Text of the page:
Lifejacket Testing

Caring for your Lifejacket

 As with all safety and emergency equipment, servicing your lifejacket is most important. Whatever type of lifejacket you use, it will need basic maintenance to keep it working properly.

We service life jackets for as little as €19.99 (ex parts) in our certified service station, all tests are carried out by certified personnel.

Please contact us to arrange your next service: or 0214554334

General inspection and maintenance

At least every six months, all lifejackets should be inflated orally or by hand pump to avoid moisture build up inside the jacket, and left inflated for 24 hours to ensure they hold their pressure and to see if there are any leaks or damage. You can also check straps, Velcro enclosures and folded corners for wear and tear and check that the retro- reflective tape is firmly attached to the jacket surface. At three monthly intervals, check webbing and stitching, all buckles, zips and D-rings and ensure the whistle is securely fastened.

 If the jacket is fitted with a light, check its operation and that the battery is in date – replace if necessary. Some lights are salt water activated and must be replaced after use.

 The lifejacket should be repacked correctly, as per the manufacturers folding instructions.

When not in use, lifejackets should be stored in a dry, well-aired area. Out of season the lifejacket should be opened up, partially inflated (to remove folds) and stored on a non metal coat hanger.

CO2 cylinder maintenance

The CO2 cylinder should be checked for corrosion and tightness at least every three months as these cylinders may become loose and fail to operate and corrosion may cause the cylinder to leak. A monthly tightness check and a three-monthly bottle examination should be carried out.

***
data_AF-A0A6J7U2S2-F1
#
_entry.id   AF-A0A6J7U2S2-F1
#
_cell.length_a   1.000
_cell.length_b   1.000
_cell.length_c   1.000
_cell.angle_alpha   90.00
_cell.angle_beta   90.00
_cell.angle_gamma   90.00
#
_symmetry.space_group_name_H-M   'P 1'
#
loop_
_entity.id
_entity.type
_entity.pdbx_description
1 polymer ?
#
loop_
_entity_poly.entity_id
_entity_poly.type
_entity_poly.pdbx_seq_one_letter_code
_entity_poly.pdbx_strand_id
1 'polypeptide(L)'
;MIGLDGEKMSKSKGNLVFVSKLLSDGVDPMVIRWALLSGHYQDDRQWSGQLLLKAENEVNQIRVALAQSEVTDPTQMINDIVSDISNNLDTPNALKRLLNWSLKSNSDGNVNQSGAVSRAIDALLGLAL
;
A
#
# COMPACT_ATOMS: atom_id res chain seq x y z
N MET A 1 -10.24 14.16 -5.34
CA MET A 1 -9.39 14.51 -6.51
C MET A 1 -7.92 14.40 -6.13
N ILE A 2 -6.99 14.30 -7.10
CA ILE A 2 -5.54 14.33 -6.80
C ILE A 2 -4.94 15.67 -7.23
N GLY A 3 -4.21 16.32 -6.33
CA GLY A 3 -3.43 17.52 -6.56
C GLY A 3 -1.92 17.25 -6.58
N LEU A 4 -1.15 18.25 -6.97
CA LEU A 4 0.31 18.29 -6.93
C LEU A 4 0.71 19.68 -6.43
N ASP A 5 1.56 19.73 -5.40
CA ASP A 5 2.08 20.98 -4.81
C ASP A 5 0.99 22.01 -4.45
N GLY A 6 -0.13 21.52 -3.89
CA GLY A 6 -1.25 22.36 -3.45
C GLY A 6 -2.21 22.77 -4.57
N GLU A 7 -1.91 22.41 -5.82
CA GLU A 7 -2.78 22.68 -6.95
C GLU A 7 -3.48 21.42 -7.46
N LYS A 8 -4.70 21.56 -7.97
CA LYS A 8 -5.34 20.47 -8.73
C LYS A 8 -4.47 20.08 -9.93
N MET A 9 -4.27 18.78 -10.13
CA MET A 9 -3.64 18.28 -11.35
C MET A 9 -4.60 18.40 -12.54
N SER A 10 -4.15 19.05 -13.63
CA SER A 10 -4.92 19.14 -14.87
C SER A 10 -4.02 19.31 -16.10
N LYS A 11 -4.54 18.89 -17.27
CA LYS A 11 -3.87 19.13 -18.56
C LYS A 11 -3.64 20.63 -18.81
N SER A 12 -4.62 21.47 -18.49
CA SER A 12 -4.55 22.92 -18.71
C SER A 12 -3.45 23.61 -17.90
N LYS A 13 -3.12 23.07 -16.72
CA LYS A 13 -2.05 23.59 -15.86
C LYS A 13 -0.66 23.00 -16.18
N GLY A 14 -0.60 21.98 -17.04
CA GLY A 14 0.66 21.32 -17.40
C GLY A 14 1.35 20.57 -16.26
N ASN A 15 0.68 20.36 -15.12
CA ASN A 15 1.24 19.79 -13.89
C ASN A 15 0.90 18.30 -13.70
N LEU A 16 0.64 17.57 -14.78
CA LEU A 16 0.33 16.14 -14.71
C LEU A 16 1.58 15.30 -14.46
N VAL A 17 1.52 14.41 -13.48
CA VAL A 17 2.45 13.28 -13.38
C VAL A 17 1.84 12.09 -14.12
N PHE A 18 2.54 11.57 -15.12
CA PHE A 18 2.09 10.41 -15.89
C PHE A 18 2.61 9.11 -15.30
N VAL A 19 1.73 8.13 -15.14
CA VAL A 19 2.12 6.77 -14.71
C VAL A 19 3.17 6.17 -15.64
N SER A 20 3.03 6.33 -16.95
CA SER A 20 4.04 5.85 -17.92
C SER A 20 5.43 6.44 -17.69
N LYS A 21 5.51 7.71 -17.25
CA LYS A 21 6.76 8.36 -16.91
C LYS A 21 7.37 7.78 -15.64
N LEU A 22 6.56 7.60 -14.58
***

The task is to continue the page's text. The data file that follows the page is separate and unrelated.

Remove the cylinder and check the operating head. Test the operation by pulling the lanyard and checking that the firing pin travels forward and returns freely and the pin is not worn or bent. Take care with the plastic safety clip, which is designed to break when operated, and may need to be replaced.

If the cylinder thread is corroded with white powdery deposit, brush it off with a stiff nylon brush and blow out excess particles prior to spraying with a water- repellent lubricant. Also, wipe the cylinder surface with lubricant.

Any part of the jacket that was in contact with a rusty cylinder should be checked for damage and may need to be repaired by the manufacturer. On lifejackets fitted with a hydrostatic trigger, the hydrostatic device must be replaced at the correct intervals and particular care must be taken to ensure that the gas cylinder is correctly tightened, as there have been reported instances of the cylinder becoming detached on this type of jacket.


It is advisable to carry a spare re-arming kit onboard in case the lifejacket is accidentally activated.

If you are at all unsure about maintaining your lifejacket, then it should be serviced annually by a qualified agent.





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